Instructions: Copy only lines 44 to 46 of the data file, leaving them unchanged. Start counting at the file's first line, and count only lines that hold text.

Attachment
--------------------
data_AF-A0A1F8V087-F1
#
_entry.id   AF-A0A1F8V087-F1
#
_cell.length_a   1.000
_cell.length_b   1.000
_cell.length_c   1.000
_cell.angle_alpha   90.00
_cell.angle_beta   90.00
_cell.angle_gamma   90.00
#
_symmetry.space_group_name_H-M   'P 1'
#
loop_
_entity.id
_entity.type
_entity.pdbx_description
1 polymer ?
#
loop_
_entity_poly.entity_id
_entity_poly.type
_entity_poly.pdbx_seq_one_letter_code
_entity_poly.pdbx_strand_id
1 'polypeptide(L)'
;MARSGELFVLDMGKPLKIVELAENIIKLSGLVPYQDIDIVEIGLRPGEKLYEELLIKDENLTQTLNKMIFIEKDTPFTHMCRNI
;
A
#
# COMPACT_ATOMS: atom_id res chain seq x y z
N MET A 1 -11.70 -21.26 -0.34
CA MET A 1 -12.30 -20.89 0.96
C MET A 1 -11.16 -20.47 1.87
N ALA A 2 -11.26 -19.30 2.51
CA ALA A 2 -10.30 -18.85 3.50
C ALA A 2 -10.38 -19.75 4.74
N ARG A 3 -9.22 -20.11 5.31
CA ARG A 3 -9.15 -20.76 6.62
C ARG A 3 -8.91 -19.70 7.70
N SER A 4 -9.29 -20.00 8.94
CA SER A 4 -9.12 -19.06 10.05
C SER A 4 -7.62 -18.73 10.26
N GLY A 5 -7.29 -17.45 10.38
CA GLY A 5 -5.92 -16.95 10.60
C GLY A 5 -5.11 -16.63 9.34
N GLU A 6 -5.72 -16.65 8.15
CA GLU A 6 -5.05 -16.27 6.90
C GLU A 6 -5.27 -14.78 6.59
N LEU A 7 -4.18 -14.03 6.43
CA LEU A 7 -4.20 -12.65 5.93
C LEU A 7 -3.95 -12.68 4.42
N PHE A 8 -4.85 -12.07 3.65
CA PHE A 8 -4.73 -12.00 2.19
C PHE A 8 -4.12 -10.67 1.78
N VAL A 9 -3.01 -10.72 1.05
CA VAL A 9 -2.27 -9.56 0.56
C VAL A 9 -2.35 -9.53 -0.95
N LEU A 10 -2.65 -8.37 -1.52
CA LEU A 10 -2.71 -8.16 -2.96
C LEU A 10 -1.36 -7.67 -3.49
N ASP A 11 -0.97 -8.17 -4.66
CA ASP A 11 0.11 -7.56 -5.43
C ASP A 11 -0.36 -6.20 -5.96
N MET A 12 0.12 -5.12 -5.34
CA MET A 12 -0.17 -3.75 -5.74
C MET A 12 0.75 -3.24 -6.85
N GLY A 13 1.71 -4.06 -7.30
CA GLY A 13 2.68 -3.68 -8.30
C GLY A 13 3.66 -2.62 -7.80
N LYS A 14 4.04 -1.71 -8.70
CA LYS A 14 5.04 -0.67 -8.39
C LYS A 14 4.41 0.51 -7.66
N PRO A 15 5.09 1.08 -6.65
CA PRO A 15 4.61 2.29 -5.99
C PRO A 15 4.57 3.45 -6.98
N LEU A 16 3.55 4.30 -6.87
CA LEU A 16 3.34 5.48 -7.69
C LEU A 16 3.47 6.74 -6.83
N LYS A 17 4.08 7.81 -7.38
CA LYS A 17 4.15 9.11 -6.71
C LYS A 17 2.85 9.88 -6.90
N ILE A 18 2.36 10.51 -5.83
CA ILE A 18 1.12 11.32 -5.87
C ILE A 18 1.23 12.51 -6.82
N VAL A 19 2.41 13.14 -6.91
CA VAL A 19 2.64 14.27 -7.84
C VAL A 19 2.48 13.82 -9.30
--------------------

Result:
CA GLY A 5 -5.92 -16.95 10.60
C GLY A 5 -5.11 -16.63 9.34
N GLU A 6 -5.72 -16.65 8.15